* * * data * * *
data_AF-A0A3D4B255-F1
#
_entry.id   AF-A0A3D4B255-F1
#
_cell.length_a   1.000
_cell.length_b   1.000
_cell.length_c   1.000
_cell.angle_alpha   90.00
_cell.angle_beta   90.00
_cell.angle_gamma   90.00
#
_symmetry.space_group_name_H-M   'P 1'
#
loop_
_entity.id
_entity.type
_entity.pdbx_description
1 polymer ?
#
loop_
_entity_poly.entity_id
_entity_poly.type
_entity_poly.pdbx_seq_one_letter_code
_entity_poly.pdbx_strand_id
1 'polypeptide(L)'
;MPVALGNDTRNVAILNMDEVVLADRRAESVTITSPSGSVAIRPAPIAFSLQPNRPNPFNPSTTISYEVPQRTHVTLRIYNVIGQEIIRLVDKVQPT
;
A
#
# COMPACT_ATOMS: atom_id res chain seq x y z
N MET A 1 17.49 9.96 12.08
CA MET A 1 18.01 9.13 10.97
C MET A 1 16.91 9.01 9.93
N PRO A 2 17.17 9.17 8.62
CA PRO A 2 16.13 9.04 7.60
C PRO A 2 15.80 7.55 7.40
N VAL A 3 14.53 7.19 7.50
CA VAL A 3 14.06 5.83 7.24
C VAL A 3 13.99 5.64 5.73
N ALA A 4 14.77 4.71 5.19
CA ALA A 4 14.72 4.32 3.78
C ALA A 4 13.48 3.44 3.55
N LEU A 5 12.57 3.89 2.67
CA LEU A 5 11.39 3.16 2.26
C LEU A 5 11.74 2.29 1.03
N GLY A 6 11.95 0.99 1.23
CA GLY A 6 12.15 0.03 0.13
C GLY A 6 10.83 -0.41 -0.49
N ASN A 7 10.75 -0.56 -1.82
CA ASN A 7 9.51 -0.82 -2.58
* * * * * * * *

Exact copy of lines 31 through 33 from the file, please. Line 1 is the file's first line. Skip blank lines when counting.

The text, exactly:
N MET A 1 17.49 9.96 12.08
CA MET A 1 18.01 9.13 10.97
C MET A 1 16.91 9.01 9.93